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Column 134: Deaf Initiatives—Communicating Through Quilts
Column 133: My Betty Boop Quilt
Column 132: Maura Grace Ambrose
Column 131: All You Need Is Love
Column 130: Chicken Linens
Column 129: The Quilted Chuppah
Column 128: Patchwork Around the World: Yoruba Dance Costumes
Column 127: The Bowers Co-Op Quilts
Column 126: Fon Appliqué and Haitian Voodoo Flags
Column 125: The Quilt Garden at The North Carolina Arboretum
Column 124: Harriet Powers and Handful’s Mauma
Column 123: Quilters de Mexico
Column 122: An Appliquéd Surprise
Column 121: Matisse’s Fabric Stash
Column 120: Soogan—The Cowboy’s Quilt
Column 119: The Ron Swanson Quilt
Column 118: HClarkdale, Georgia—A Thread of History
Column 117: How WWI Changed the Color of Quilts in the United States
Column 116: Wagga—The Bushman’s Quilt
Column 115: All in the Family
Column 114: The Alabama State Quilt
Column 113: Balloon Quilts of Albuquerque
Column 112: The Family That Quilts Together, Stays Together
Column 111: Two Rivers, Three Sisters
Column 110: Quilters Helping Quilters
Column 109: Community Cookbooks and Fundraiser Quilts—Parallel Histories
Column 108: Quilting to Freedom
Column 107: National Quilting Day
Column 106: The Airing of the Quilts
Column 105: A Call for a National Juneteenth Commemorative Quilt
Column 104: Dominoes
Column 103: 1936 Texas Centennial Bluebonnet Quilt
Column 102: Helen Blackstone, A Texas Quilter
Column 101: Montana CattleWomen Anniversary Brand Quilt
Column 100: 100th Suzy's Fancy Column!
Column 99: Montana Stockgrowers Anniversary Brand Quilt
Column 98: The Tobacco Sack Connection
Column 97: Meet the Sisters Who Are State Fair Quilting Queens
Column 96: The connection between fairs and quilts.
Column 95: Her Mother Pieced Quilts
Column 94: Rebecca Barker’s Quiltscapes
Column 93: The Thread and Thimble Club Mystery
Column 92: The Ballerina Quilter
Column 91: Grandmother's Flower Garden Comes Alive at Texas Quilt Museum
Column 90: Leitmotif for a Lifelong Love Affair
Column 89: Quilting in The Bahamas
Column 88: Joan of Arc: A Quilter's Inspiration
Column 87: Home Demonstration Clubs and Quilting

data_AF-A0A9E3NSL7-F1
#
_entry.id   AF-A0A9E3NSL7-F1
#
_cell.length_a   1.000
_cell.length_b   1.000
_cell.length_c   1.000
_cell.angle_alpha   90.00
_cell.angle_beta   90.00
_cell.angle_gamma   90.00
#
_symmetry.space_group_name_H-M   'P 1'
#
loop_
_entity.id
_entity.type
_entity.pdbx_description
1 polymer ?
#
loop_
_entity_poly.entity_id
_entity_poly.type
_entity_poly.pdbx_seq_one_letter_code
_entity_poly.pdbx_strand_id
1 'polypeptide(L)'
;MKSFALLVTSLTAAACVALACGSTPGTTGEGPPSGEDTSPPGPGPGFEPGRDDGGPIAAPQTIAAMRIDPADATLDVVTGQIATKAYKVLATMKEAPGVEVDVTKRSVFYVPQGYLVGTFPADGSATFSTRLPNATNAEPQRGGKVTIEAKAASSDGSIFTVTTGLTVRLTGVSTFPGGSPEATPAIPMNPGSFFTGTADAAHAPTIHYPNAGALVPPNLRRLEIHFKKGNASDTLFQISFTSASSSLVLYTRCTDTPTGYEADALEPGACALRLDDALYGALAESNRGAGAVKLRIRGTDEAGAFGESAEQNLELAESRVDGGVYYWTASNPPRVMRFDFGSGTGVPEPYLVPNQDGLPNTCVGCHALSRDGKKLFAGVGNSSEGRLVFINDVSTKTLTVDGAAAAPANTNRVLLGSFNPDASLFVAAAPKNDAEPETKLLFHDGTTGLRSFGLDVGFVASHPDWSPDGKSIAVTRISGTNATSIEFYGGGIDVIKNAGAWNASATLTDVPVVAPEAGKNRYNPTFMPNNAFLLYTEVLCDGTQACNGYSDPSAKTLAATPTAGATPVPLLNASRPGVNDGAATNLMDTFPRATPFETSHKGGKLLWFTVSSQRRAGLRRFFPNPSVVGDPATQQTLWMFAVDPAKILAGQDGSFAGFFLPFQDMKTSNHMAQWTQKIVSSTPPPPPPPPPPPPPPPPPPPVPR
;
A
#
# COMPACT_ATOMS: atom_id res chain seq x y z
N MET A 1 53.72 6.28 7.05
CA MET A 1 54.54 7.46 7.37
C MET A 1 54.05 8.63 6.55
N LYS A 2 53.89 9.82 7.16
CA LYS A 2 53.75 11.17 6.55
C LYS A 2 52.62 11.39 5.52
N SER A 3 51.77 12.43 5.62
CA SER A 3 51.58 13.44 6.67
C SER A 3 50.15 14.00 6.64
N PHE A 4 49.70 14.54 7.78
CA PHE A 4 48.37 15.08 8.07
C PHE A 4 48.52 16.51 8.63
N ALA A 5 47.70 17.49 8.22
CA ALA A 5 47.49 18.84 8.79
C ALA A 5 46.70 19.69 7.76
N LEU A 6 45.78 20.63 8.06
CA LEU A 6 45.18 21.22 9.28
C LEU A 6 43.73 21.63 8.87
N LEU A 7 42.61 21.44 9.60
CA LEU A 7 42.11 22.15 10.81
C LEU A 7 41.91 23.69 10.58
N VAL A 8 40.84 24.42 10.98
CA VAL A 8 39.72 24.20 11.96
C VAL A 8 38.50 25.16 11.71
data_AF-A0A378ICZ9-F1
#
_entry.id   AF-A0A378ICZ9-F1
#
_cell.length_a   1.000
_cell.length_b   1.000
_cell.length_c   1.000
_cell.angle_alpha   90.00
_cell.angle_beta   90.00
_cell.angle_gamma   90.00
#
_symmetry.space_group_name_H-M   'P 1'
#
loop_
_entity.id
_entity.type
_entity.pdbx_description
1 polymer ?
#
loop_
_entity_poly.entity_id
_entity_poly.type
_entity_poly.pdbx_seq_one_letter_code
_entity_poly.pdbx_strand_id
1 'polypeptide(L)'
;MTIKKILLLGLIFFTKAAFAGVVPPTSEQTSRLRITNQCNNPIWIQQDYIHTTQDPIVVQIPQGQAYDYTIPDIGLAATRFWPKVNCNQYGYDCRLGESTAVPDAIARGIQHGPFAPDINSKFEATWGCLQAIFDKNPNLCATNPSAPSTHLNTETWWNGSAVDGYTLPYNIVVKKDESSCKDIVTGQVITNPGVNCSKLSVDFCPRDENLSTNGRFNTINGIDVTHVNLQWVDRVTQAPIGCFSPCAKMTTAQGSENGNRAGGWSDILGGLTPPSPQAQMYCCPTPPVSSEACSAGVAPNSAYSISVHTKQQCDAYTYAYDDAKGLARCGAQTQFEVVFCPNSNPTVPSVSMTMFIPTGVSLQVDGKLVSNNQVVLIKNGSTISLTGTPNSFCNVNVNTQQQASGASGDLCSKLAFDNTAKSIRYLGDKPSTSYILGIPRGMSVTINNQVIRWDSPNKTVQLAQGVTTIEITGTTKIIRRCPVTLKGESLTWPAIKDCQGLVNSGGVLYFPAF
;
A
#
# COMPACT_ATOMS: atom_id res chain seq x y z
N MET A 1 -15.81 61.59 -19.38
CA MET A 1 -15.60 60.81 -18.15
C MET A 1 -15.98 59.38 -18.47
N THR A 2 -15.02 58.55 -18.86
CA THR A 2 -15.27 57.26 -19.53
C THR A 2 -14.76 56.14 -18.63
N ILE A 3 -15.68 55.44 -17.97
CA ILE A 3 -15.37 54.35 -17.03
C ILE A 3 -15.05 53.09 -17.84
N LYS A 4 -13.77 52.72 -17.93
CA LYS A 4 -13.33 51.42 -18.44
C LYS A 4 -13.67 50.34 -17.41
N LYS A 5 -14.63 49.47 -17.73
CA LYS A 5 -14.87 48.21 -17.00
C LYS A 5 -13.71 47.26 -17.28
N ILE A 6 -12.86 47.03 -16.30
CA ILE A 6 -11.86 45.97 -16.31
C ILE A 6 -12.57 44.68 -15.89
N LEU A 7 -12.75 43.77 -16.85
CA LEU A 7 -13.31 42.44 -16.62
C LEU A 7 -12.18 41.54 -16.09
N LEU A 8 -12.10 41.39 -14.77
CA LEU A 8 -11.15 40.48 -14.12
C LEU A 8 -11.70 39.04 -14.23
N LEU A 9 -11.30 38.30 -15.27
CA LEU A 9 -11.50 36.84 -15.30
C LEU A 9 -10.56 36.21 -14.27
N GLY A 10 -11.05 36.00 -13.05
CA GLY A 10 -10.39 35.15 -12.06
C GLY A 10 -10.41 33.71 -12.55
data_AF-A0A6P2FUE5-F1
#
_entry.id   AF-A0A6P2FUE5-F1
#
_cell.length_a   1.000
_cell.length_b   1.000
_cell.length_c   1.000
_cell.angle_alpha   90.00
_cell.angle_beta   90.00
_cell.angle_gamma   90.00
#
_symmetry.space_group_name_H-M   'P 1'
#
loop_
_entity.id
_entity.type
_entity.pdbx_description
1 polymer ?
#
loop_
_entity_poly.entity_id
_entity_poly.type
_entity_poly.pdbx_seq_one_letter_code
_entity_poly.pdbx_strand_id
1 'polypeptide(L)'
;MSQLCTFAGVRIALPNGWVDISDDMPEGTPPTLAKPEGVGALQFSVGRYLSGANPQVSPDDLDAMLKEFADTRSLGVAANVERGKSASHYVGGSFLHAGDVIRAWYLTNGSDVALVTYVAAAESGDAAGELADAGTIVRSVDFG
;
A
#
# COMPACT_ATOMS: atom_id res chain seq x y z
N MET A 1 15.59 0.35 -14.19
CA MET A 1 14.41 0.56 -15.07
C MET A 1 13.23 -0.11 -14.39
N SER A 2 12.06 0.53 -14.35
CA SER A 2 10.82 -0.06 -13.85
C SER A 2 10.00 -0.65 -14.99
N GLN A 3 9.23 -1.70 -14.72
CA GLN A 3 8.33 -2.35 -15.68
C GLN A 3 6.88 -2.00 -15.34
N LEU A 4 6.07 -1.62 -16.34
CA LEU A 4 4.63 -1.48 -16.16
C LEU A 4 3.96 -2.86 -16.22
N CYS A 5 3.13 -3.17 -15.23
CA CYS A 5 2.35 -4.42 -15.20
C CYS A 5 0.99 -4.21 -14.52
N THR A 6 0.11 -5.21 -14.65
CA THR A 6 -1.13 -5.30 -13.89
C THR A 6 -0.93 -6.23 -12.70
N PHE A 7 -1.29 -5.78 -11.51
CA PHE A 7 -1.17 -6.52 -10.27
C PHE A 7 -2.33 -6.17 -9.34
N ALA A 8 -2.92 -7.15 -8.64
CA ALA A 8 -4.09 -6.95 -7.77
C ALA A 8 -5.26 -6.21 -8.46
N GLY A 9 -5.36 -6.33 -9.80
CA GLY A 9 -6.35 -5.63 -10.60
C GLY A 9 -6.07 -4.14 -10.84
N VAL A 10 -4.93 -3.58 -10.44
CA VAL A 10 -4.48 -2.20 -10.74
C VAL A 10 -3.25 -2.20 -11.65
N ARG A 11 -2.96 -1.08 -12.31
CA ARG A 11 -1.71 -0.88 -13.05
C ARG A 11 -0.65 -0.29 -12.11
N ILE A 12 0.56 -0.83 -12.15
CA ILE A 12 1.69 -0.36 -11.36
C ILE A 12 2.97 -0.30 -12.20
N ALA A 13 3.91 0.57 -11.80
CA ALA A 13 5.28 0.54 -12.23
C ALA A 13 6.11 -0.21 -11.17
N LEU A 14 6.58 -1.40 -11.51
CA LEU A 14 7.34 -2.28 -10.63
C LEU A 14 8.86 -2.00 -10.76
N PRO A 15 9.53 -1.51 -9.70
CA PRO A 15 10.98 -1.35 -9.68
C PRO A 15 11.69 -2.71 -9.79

Column 86: Linzi Upton and the Quilted Yurt
Column 85: A Bounty of Quilts
Column 84: Desert Trader
Column 83: Quilts and the Women’s Liberation Movement
Column 82: Replicating the Past: Reproduction Fabrics for Today’s Quilts
Column 81: Why So Many Quilt Shops in Bozeman, Montana?
Column 80: Southeastern Quilt and Textile Museum
Column 79: 54 Tons of Quilt
Column 78: Ollie Steele Burden’s Quilt Blocks
Column 77: Quilting with AMD
Column 76: Maverick Quilts and Cowgirls
Column 75: The Modern Quilt Guild—Cyberculture Quilting Ramps Up
Column 74: The Membership Quilt—Czech Quilting in Texas
Column 73: Maximum Security Quilts
Column 72: Author: Terri Thayer
Column 71: The Christmas Quilt
Column 70: New Mexico Centennial Quilt
Column 69: Scrub Quilts
Column 68: “Think Pink” Quilt Raises Funds for Rare Cancer Research
Column 67: Righting Old Wrongs.
Column 66: 100 Years, 100 Quilts - More on the Arizona Centennial.
Column 65: Arizona Centennial Quilt Project
Column 64: Capt. John Files Tom’s Family Tree
Column 63: The Fat Quarters
Column 62: Quilt Fiction Author: Clare O’Donohue
Column 61: Louisiana Bicentennial Quilt
Column 60: The Camo Quilt Project.
Column 59: Thread Wit
Column 58: Ralli Quilts
Column 57: Preschool Quilters
Column 56: The Story Quilt
Column 55: Red and Green Quilts
Column 54: On the Trail
Column 53: Quilt Trail Gathering
Column 52: True Confessions: First Quilt
Column 51: Quilted Pages
Column 50: Doll Quilts
Column 49: More Than a Quilt Shop
Column 48: Las Colchas of the Texas-Mexico Border
Column 47: Literary Gifts
Column 46: A Different Way of Seeing
Column 45: Sampling
Column 44: Hen and Chicks
Column 43: A Star Studied Event
Column 42: Shoo Fly Pattern
Column 41: Awareness Quilts
Column 40: Tivaevae
Column 39: UnOILed UnspOILed Coast Quilt Project
Column 38: Katrina Recovery Quilts
Column 37: Quilted Vermont
Column 36: The Labyrinth Quilt—A Meditative Endeavor
See other archived columns here